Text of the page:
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From the author of Integrating Quality Metrics

Integrating Quality Metrics

Previous articles in this series, such as "Using Metrics to Find Out if Your Code Base Will Stand the Test of Time" and "Where the Wild Bugs Are: A Primer on Finding and Taming Your Maintenance Nightmares," have covered some ways to measure whether you have bug-prone systems. Once you have a decent continuous integration environment set up, you can integrate these quality metrics into the build pipeline.

A common first step is to put code-coverage metrics into the pipeline, perhaps requiring some threshold of coverage (such as 90%) before a build can move into the QA environment. A good next step is to generate a report, perhaps using tools such as NDepend or similar, to provide automatic graphs visible on a common dashboard that show things like the following:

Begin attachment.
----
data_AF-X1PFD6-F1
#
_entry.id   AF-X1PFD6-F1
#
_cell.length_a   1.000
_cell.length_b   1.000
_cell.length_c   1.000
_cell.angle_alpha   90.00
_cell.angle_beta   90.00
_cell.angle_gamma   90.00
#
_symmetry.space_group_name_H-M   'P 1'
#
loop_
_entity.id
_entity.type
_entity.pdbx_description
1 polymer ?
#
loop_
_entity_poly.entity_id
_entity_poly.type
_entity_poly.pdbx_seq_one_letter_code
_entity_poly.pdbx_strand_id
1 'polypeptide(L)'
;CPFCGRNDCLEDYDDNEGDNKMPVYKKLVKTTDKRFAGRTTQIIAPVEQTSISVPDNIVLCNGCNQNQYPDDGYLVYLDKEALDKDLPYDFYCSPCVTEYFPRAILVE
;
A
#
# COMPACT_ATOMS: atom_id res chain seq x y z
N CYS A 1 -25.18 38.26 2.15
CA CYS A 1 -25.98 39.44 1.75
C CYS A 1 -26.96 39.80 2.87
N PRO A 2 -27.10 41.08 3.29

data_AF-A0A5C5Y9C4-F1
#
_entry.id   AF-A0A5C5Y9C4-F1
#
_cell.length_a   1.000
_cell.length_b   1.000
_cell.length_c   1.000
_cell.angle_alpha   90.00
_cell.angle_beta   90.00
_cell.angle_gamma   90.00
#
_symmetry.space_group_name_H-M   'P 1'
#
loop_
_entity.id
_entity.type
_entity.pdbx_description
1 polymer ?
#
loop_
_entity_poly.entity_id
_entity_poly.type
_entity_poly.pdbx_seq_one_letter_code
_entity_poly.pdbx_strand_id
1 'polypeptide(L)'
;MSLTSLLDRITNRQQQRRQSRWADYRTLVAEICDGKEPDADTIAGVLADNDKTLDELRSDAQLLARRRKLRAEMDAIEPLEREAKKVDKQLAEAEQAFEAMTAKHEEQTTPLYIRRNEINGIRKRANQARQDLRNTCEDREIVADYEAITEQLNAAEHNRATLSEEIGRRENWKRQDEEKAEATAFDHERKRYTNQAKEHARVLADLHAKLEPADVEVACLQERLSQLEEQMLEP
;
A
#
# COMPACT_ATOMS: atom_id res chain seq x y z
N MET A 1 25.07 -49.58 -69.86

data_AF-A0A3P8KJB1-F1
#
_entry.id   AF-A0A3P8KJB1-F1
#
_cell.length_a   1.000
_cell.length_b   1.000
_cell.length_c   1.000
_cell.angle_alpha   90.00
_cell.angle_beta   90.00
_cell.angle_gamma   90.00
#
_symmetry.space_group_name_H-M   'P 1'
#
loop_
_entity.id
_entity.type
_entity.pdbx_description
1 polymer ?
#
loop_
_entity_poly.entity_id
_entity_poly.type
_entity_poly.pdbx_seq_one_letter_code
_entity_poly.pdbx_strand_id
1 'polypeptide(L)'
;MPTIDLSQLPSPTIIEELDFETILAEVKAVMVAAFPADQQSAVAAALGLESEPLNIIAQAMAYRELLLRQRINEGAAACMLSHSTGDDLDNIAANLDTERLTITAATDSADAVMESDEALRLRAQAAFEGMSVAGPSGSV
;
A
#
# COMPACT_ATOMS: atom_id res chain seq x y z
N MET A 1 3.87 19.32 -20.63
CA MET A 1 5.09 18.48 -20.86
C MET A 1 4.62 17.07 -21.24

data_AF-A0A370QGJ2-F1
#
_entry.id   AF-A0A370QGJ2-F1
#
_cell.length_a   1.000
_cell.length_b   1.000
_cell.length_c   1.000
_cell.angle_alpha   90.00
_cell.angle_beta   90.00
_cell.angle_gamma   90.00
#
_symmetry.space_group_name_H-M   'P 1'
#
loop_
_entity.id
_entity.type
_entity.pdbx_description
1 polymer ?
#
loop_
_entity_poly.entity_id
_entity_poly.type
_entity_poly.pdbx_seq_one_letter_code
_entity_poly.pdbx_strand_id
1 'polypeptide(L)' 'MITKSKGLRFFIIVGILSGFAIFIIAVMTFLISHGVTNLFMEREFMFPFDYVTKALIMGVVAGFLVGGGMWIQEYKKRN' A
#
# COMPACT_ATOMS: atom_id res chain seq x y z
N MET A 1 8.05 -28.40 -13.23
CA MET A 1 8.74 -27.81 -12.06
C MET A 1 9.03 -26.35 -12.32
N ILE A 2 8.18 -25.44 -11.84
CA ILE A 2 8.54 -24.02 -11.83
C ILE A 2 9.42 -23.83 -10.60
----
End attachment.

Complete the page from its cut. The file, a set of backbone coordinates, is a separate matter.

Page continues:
• Coverage over time
  • Each class or package (depending on system size) on an instability over cyclomatic-complexity graph
  • Exception report for those classes in the "zone of pain"—high instability with low complexity or coverage

As you move forward, it's also possible to start integrating other types of testing. Security testing, performance testing, and penetration testing are all good candidates for additional testing that can be put into the QA phase of the pipeline. When you have a mature continuous-integration process, you get as much visibility as possible into the level of quality of the software.

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